She was to the point now where she assumed everything was a Jump. Her hand tingled all the time and her vision blurred often with random data, either real or imagined. There were times when she disappeared entirely into her own landscape and couldn't see any of the others who came in with her. There were times when she couldn't help but notice them as if they were right next to her, chasing their metaphorical tails through the ever-growing landscape. She was fairly certain that they hadn't built the city this large, needing only a small area in which to test their product. It stood to reason that it would replicate on its own as-needed, but she wasn't sure of the reason for the current explosion.
That was what she was attempting now to hunt down. It made no sense for the system to expand capacity when it didn't need to. Trieste felt the tingle of electricity chasing itself down her spine. Her pale skin had taken on a silvery tone, as had her eyes. If she hadn't started avoiding mirrors by this point, she would probably be concerned that she practically glowed in the dark. But the arc of her thoughts was directed toward the dozens of millions of empty homes and cars, all lined up next to one another, with no one inside of them. No one to use them. There were miles of track laid under the ground, and high-speed trains rocketing along those tracks, but no one inside of them. Trieste rode them, to see if they would bring her anywhere, but no matter how many transfers she made or how many lines she took, she ended up back at the beginning, in the middle of the city. The ghost city - the population of which was slowly dwindling. It was a frightening thought.
She found herself staring into nothingness. It wasn't that there was nothingness in front of her, but the city blurred. Every room blurred. She was having a hard time concentrating. This was a mistake.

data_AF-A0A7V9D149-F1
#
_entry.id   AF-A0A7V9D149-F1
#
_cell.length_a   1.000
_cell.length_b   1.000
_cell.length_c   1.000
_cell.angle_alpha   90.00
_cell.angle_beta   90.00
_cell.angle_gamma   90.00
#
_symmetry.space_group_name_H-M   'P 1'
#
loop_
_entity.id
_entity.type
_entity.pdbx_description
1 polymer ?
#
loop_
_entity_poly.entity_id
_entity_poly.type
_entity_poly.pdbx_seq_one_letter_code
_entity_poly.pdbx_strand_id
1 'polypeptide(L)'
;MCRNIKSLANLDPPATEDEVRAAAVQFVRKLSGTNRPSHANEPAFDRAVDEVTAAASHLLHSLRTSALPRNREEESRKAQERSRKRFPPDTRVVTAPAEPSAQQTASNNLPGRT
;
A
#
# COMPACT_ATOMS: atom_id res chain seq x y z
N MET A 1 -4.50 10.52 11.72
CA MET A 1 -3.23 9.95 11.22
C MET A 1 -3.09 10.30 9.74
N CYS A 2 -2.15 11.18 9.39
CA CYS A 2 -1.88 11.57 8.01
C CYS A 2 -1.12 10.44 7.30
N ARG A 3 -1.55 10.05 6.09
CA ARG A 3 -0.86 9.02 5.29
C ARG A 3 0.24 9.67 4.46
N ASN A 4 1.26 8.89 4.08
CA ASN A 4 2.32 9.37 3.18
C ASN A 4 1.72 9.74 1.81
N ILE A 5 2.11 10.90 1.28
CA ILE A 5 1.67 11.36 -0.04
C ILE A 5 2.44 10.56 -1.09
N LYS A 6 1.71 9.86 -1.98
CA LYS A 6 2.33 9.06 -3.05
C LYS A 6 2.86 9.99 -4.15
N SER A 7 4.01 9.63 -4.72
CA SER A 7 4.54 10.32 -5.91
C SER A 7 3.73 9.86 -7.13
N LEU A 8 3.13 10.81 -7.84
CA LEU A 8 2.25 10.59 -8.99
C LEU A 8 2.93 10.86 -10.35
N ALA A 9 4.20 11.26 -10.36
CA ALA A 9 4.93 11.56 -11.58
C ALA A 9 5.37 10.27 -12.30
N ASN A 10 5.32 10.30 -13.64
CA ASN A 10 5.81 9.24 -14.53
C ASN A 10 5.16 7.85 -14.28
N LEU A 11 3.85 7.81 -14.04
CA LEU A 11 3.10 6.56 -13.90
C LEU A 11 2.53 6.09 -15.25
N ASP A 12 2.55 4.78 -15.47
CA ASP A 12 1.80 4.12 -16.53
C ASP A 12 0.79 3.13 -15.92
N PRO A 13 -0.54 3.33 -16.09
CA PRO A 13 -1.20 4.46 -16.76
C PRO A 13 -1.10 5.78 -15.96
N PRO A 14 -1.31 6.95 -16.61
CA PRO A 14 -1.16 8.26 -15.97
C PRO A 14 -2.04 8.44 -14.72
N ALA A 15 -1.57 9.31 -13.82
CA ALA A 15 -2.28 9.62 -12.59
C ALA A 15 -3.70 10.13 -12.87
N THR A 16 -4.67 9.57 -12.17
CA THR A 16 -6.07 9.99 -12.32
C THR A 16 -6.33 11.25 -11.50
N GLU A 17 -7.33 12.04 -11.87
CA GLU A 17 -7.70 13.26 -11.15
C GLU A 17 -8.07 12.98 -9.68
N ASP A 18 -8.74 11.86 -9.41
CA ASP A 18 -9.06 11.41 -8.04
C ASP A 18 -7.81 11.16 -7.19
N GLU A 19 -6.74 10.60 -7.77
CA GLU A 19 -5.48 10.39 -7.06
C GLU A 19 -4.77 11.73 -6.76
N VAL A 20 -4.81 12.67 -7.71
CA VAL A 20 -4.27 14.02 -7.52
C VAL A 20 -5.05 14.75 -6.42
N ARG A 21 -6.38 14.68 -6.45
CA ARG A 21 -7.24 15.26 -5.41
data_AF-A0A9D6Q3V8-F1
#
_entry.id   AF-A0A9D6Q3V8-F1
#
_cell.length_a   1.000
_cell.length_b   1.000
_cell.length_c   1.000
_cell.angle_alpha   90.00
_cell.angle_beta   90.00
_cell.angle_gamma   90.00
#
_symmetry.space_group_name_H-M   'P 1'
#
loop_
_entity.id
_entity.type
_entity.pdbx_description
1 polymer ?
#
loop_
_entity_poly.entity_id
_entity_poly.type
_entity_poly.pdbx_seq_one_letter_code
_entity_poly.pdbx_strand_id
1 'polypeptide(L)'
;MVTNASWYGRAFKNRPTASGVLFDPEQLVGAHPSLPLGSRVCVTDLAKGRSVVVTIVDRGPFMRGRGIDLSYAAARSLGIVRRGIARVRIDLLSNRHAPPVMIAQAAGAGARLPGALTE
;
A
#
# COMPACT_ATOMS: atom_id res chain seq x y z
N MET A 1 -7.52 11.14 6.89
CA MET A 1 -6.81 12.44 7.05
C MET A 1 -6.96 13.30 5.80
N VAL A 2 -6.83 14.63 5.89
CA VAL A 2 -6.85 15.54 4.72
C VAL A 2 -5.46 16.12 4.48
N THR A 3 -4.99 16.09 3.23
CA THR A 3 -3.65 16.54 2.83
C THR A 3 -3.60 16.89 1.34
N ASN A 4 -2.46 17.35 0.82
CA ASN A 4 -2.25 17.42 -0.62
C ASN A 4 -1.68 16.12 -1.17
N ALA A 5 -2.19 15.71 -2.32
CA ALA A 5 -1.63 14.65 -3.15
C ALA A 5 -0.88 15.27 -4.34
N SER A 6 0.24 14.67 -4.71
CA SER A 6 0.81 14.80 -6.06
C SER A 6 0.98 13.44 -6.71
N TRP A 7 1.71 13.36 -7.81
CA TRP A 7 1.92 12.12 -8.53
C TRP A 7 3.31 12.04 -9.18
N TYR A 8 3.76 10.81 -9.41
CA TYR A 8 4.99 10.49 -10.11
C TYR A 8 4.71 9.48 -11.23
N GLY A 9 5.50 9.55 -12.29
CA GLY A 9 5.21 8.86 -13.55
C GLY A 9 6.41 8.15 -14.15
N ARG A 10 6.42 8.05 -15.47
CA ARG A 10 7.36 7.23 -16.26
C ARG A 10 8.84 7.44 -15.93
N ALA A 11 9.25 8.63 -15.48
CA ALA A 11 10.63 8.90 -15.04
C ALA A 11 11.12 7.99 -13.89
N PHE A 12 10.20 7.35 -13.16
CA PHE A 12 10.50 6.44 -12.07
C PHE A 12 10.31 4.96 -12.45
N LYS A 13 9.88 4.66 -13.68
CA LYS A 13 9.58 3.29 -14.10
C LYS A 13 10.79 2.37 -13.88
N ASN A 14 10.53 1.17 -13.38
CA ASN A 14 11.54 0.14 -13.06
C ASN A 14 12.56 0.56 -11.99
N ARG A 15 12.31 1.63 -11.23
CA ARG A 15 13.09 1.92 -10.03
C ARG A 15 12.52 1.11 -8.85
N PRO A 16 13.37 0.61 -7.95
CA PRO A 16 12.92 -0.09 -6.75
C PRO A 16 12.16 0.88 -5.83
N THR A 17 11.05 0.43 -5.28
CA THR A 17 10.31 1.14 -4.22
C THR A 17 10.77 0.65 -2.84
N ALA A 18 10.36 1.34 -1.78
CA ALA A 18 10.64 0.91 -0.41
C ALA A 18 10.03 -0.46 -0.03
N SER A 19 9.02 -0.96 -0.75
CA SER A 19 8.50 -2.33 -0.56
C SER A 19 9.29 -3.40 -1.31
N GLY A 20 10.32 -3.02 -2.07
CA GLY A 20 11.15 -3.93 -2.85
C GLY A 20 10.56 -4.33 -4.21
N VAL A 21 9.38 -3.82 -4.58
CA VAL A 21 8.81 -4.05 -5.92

The thought bounced around her skull a few times before sliding down the fiberoptics of her spine and settling somewhere near her core. She felt it in the very deepest part of herself, and the world around her began to tilt. It whirled like a mad thing, and Trieste closed her eyes to try to block out the dizziness. For a moment, her perception flipped. Instead of feeling firmly rooted on the ground, she felt like she was standing on the edge of a great void of air. Up was down and she thought she could feel the slow turn of the Earth below her booted feet. At any moment, it was going to stop turning, and she would be unable to hold onto it. At any moment, she felt, she could go tumbling into the void of the sky, unable to ever find the ground again. It made her feel ill.
Coming up from VR this time was different. She felt as if she had to tear herself out of it, rip her mind out of the clutching tendrils of the simulation. She vaguely remembered the awe that she felt the first time she dropped in, the feeling of rebirth. This was the darker side of rebirth, perhaps. The one that probably should have been some sort of digital Cesarean section. Sitting up from her pod, gasping, she ran her palms over her face. Was she still there? She was still there. Sarena, though, was not, apparently. Trieste felt a stab of regret and pinched the bridge of her nose.
"Well, that's just great. Fantastic." Massaging her temples, she hopped down from the side of her pod, shaking her head tiredly. When was the last time she had slept? She heard the gears in her hand chirr softly as she ran her fingers through her hair. "She suspected Sasha
. Clearly she was getting close to something." Trieste scowled across the room at the woman she had named, the corners of her mouth turned down disapprovingly.